A freeze on creditors actions? - Two types of Company Voluntary Arrangement
Two legal types of CVA -One with a freeze on creditors in the period leading up to the creditors meeting and one without
There are two distinct types of Company Voluntary Arrangement (CVA) proposal and the following pages explain the pros and cons of each type.
Clearly once a CVA is approved by creditors at a meeting all enforcement actions by those creditors thereafter are frozen. That is because all those creditors are now bound by the approved company voluntary arrangement. The approved CVA effectively forms a contract between the company and its creditors.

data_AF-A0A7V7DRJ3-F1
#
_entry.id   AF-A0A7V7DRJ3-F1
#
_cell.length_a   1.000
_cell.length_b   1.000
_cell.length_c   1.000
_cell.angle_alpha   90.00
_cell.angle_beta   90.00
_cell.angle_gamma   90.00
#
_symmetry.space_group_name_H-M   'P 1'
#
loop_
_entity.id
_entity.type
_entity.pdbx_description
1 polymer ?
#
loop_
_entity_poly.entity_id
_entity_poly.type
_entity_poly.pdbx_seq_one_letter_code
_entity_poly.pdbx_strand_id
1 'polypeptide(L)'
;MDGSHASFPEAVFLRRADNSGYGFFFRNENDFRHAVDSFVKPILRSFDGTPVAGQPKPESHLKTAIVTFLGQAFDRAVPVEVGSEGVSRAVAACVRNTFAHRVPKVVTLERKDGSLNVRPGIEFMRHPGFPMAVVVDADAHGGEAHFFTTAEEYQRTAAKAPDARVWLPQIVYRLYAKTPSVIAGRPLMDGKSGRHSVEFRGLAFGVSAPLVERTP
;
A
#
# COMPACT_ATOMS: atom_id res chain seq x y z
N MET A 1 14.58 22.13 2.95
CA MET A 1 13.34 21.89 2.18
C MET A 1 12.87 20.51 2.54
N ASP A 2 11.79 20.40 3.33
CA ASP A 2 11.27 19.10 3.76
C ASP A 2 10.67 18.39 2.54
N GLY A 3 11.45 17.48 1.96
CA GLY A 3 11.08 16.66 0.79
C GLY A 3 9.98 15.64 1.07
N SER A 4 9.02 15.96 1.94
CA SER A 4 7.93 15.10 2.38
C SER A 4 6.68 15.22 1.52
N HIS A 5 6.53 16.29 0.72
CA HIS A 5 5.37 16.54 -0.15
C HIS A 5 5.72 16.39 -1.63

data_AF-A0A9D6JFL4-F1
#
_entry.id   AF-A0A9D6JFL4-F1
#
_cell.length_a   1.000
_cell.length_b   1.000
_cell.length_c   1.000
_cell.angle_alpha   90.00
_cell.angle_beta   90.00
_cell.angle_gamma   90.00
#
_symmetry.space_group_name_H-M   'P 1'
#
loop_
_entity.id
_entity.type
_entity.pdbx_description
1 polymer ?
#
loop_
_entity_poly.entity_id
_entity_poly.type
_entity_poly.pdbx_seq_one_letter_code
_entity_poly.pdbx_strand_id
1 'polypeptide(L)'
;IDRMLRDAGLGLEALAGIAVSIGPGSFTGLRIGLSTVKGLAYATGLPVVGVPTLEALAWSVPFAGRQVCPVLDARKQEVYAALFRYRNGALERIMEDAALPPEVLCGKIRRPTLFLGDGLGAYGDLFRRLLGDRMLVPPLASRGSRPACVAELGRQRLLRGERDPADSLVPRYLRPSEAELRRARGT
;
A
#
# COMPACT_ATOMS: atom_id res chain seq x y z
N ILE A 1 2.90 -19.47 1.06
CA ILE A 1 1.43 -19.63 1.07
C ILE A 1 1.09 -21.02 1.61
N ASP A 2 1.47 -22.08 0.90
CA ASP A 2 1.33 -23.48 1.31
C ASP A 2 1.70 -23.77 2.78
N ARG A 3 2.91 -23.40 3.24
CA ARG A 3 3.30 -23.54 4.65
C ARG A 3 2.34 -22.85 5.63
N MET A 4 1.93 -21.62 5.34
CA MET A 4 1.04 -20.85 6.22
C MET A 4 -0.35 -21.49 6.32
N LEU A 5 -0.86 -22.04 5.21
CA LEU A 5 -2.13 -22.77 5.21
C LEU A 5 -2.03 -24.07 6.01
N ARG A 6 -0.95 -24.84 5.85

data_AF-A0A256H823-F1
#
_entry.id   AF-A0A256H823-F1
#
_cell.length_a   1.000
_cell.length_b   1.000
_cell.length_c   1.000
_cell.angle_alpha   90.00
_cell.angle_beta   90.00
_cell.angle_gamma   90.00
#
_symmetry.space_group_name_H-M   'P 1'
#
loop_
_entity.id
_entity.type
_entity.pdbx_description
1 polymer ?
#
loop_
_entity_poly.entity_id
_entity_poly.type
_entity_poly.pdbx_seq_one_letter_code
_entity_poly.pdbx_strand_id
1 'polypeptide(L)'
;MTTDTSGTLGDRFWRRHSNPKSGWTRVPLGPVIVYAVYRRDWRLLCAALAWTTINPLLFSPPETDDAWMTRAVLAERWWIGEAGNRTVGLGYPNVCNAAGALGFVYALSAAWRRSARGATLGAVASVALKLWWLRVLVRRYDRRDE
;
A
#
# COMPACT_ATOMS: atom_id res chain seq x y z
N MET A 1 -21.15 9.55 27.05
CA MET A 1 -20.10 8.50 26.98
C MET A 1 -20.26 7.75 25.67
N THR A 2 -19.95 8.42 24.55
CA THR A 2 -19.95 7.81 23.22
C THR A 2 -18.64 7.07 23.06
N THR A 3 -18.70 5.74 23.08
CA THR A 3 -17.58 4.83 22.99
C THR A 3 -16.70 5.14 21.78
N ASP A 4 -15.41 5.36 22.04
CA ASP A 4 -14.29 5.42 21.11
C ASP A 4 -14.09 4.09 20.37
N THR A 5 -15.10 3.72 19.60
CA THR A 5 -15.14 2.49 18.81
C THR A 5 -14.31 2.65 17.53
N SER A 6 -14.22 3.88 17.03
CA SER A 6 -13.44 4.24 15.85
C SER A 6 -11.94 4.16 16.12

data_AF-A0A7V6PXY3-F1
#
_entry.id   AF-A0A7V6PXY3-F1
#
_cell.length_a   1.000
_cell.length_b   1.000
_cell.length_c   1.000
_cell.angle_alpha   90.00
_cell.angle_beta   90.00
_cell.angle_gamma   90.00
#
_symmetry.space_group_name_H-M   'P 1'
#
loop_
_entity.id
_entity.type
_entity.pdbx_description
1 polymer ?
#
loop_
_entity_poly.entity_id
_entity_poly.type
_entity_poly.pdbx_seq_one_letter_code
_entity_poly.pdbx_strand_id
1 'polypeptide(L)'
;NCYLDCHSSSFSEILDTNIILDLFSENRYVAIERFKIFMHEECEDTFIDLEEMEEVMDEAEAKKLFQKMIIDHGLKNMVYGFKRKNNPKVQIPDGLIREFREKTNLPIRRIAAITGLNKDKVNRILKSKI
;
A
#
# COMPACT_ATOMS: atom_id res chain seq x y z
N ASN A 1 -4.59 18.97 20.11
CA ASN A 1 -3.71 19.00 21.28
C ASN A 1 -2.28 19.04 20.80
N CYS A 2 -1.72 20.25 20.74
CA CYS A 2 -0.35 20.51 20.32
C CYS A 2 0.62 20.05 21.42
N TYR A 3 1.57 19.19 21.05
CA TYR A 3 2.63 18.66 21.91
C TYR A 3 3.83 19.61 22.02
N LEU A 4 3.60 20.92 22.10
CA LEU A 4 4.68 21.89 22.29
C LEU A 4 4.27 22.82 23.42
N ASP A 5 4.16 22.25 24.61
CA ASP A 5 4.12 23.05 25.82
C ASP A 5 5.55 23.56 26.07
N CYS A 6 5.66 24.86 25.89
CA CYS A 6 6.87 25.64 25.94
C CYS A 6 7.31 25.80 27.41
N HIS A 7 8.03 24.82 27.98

There is a period, however, usually of about one month between sending a CVA proposal to creditors and the date of the meeting at which that proposal is considered. It is at that meeting that the proposal is then approved or rejected. In the period leading up to the Company Voluntary Arrangement creditors meeting however:
- The one type of CVA does not provide a freeze on crediors enforcement actions.
- The other type of CVA does provide a freeze on any enforcement activity by creditors. In legal terms the freeze on creditors actions is called a "moratorium".
If you are having a Company Voluntary Arrangement proposal prepared check that a moratorium (or freeze on creditors actions) is obtained if needed.
The index to the left of this web page provides information on the additional differences between the two types of CVA apart from the freezing issue.